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homebuying & significant others

Discussion in 'Finance and Investment' started by nutmegs, Feb 25, 2007.

  1. nutmegs

    nutmegs ASA Member
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    Looking for any current or future residents who entered the homeownership arena with a significant other (not spouse) in the equation. Mostly to form a support group! What was your experience like? What are you planning to do?

    I will offer up a little to shape out my situation: I will be moving to another state for residency where cost of living is very reasonable. Nearly all the residents I talked to there bought homes. I have a lovely significant other of 1.5 years (have known him for longer) who is excited about moving with me. We have a very stable relationship and get along quite well, just not interested in planning a wedding currently. He has some ghosts in his credit past (although has become very responsible-I know all the details of his financial situation) and may be looking into starting a business (non-medical). He currently makes around 50K/year freelancing, and won't have a problem finding work. Given that and my ability to qualify for a variety of special mortgage options, all of our discussion has revolved around me purchasing the home. We have discussed various options ranging from splitting all expenses to a fixed monthly "rent" on his part. He is very handy and interested in doing some work/improvements on anything I might buy.

    I read so many warnings about buying a house with someone you're not married to (although I think our relationship is quite stable compared to even married couples I know- just lacks the apparent weight of being legal). I know that everybody says "this won't happen to me", so I won't bother saying that I feel our situation is unique. I just am looking for some people with real-life experience in this department. I can't be the only one. Thanks :)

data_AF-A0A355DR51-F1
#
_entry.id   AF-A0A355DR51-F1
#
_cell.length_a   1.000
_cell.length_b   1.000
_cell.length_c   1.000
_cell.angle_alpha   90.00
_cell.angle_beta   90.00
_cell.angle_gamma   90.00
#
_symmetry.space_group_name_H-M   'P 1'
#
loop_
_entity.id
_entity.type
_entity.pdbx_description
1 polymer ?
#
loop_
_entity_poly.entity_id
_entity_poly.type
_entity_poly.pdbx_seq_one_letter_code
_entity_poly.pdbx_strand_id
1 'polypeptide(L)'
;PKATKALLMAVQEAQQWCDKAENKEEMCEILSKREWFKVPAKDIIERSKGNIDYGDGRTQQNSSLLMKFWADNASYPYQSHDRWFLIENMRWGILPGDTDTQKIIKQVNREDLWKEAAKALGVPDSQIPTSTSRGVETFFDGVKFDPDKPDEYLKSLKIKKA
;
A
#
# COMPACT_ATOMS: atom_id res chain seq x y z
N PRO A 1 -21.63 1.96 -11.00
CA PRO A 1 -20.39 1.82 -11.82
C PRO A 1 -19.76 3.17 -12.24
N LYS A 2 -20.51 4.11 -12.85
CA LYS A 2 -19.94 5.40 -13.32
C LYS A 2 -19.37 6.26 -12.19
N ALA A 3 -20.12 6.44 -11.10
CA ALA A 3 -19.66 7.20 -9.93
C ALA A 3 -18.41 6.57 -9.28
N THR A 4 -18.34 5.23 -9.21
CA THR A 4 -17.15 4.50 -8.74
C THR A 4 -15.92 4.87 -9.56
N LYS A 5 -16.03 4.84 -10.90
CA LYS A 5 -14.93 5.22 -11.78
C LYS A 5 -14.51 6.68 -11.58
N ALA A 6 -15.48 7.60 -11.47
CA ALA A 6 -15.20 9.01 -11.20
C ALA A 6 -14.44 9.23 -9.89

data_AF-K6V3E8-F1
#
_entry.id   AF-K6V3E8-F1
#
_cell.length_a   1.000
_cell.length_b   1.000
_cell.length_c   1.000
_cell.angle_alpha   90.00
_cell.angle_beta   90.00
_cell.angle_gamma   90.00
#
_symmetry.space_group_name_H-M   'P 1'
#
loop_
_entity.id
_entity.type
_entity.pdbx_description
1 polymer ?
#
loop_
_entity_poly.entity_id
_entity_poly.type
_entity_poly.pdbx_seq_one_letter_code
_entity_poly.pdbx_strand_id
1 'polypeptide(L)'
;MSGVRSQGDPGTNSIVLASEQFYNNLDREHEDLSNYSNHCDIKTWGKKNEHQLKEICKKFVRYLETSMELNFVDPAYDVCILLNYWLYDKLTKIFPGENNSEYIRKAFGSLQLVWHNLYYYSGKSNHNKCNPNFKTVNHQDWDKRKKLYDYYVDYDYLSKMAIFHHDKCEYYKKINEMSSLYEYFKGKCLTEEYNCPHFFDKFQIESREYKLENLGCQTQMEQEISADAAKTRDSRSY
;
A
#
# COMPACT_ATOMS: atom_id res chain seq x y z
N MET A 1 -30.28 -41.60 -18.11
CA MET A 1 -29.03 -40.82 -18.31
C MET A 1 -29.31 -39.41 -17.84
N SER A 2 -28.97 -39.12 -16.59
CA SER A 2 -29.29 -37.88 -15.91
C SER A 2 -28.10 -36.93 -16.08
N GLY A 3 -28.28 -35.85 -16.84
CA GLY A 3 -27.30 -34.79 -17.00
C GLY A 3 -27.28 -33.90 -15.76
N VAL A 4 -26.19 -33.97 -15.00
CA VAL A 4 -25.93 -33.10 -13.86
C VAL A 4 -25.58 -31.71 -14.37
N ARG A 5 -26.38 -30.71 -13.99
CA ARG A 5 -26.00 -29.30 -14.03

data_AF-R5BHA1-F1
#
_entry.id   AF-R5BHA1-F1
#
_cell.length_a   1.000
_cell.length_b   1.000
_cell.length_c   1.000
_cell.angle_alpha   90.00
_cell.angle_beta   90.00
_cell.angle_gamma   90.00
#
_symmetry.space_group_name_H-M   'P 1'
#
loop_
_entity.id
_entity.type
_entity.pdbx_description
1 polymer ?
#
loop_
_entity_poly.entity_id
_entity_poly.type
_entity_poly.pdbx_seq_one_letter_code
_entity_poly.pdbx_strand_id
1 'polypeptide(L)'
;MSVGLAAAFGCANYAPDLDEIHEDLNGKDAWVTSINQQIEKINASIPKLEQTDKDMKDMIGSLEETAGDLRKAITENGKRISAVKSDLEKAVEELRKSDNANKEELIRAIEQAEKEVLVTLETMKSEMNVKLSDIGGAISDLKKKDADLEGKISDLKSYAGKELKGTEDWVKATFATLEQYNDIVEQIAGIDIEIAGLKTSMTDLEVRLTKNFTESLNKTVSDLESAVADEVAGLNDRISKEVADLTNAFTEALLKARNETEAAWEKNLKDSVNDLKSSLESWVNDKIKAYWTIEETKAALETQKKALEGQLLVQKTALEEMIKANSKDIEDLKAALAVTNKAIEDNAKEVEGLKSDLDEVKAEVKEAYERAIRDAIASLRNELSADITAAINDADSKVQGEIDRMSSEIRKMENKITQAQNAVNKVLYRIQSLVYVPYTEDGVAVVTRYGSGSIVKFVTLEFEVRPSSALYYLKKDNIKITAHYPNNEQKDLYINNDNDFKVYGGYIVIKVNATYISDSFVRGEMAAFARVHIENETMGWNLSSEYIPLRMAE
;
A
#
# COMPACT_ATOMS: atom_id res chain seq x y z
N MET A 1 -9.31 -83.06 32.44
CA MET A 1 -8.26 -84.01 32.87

2. dpmd

    dpmd Relaxing
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    I bought with my husband before we got married, but the wedding was already planned not too far in the future. We were both on the mortgage and were joint tenants on the deed, so we were both financially liable and both had the right to be bought out if the other wanted to stay there (if we broke up). That also means one person could force the sale of the condo if they want, which might not be a good thing for you. It's a risky move, and it might be better to make a different arrangement. Maybe you can be the owner of the house, with your significant other as an investor with certain rights upon sale or dissolution of your relationship based on the money he has put into the house. Whatever you decide I would recommend you put things in writing and have a plan for what would happen in the event of a breakup. I didn't do that with my now husband, but that wasn't a great idea (worked out fine for us, but what if it hadn't)?
     
  3. adcomm

    adcomm snitch
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    thanks for the reply. did you have any trouble with the loan as unmarried applicants?
     
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  4. dpmd

    dpmd Relaxing
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    No. It seemed like they had people do stuff like that before.
     
  5. Jocomama

    Jocomama Make 'em bleed!
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    1. Buy this own on your own.
    2. He is not on mortgage (note) nor Title (Deed)
    3. Set up a simple trust (standard living revocable trust), and you can be the trustee. CLose the loan, and Title as your trust.

    Basically - couple hundred dollard to set-up the trust, and you are untouchable incase it doesn't pan out. He also would have a ridiculously difficult time getting the house or anyportion based on the trust.

    I've dealt with these situations for many years.
    The other option, is to do a simple mortgage and title by yourself. Get something in writing, with an attorney, sign and notarise as an agreement for him paying 1/2 the mortgage each month. If you get married, the statement will say that as long as he puts in a total of 1/2 mortgage and 1/2 downpayment by time you get married, then you will add him onto the deed and title.
     
  6. adcomm

    adcomm snitch
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    I like that last suggestion, thanks
     
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